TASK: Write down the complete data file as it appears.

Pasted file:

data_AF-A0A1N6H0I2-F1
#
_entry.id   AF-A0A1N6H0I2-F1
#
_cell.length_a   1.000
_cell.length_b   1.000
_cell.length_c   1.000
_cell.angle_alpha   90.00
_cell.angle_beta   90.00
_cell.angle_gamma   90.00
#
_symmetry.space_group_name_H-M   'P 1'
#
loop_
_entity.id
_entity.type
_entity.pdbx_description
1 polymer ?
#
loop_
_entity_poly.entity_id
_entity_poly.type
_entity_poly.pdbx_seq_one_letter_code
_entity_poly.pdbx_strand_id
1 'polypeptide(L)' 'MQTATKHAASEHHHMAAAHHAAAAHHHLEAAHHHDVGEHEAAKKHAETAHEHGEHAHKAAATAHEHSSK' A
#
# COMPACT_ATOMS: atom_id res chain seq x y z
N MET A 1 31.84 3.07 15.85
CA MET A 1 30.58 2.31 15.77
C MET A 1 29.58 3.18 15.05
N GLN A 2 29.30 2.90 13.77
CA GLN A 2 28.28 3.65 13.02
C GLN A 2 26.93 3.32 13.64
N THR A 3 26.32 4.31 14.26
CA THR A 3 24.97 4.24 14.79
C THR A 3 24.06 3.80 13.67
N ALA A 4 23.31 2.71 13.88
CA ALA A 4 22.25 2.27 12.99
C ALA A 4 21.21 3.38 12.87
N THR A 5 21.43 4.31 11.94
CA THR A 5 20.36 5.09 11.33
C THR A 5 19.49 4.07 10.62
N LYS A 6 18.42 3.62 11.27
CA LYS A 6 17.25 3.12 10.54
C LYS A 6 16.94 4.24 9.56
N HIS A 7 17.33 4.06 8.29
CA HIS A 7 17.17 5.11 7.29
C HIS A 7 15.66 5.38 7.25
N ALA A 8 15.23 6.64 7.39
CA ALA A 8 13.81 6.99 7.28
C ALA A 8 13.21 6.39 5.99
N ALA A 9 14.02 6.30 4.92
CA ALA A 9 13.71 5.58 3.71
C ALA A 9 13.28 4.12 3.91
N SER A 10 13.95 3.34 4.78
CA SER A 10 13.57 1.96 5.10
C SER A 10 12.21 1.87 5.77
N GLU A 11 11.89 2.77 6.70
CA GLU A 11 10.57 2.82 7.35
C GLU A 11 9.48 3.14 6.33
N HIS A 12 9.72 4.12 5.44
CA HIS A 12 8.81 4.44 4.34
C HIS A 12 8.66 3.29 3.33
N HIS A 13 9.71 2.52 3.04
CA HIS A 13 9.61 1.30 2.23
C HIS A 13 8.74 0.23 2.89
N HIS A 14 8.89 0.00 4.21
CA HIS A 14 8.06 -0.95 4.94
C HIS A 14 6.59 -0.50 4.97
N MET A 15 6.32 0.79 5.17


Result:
data_AF-A0A1N6H0I2-F1
#
_entry.id   AF-A0A1N6H0I2-F1
#
_cell.length_a   1.000
_cell.length_b   1.000
_cell.length_c   1.000
_cell.angle_alpha   90.00
_cell.angle_beta   90.00
_cell.angle_gamma   90.00
#
_symmetry.space_group_name_H-M   'P 1'
#
loop_
_entity.id
_entity.type
_entity.pdbx_description
1 polymer ?
#
loop_
_entity_poly.entity_id
_entity_poly.type
_entity_poly.pdbx_seq_one_letter_code
_entity_poly.pdbx_strand_id
1 'polypeptide(L)' 'MQTATKHAASEHHHMAAAHHAAAAHHHLEAAHHHDVGEHEAAKKHAETAHEHGEHAHKAAATAHEHSSK' A
#
# COMPACT_ATOMS: atom_id res chain seq x y z
N MET A 1 31.84 3.07 15.85
CA MET A 1 30.58 2.31 15.77
C MET A 1 29.58 3.18 15.05
N GLN A 2 29.30 2.90 13.77
CA GLN A 2 28.28 3.65 13.02
C GLN A 2 26.93 3.32 13.64
N THR A 3 26.32 4.31 14.26
CA THR A 3 24.97 4.24 14.79
C THR A 3 24.06 3.80 13.67
N ALA A 4 23.31 2.71 13.88
CA ALA A 4 22.25 2.27 12.99
C ALA A 4 21.21 3.38 12.87
N THR A 5 21.43 4.31 11.94
CA THR A 5 20.36 5.09 11.33
C THR A 5 19.49 4.07 10.62
N LYS A 6 18.42 3.62 11.27
CA LYS A 6 17.25 3.12 10.54
C LYS A 6 16.94 4.24 9.56
N HIS A 7 17.33 4.06 8.29
CA HIS A 7 17.17 5.11 7.29
C HIS A 7 15.66 5.38 7.25
N ALA A 8 15.23 6.64 7.39
CA ALA A 8 13.81 6.99 7.28
C ALA A 8 13.21 6.39 5.99
N ALA A 9 14.02 6.30 4.92
CA ALA A 9 13.71 5.58 3.71
C ALA A 9 13.28 4.12 3.91
N SER A 10 13.95 3.34 4.78
CA SER A 10 13.57 1.96 5.10
C SER A 10 12.21 1.87 5.77
N GLU A 11 11.89 2.77 6.70
CA GLU A 11 10.57 2.82 7.35
C GLU A 11 9.48 3.14 6.33
N HIS A 12 9.72 4.12 5.44
CA HIS A 12 8.81 4.44 4.34
C HIS A 12 8.66 3.29 3.33
N HIS A 13 9.71 2.52 3.04
CA HIS A 13 9.61 1.30 2.23
C HIS A 13 8.74 0.23 2.89
N HIS A 14 8.89 0.00 4.21
CA HIS A 14 8.06 -0.95 4.94
C HIS A 14 6.59 -0.50 4.97
N MET A 15 6.32 0.79 5.17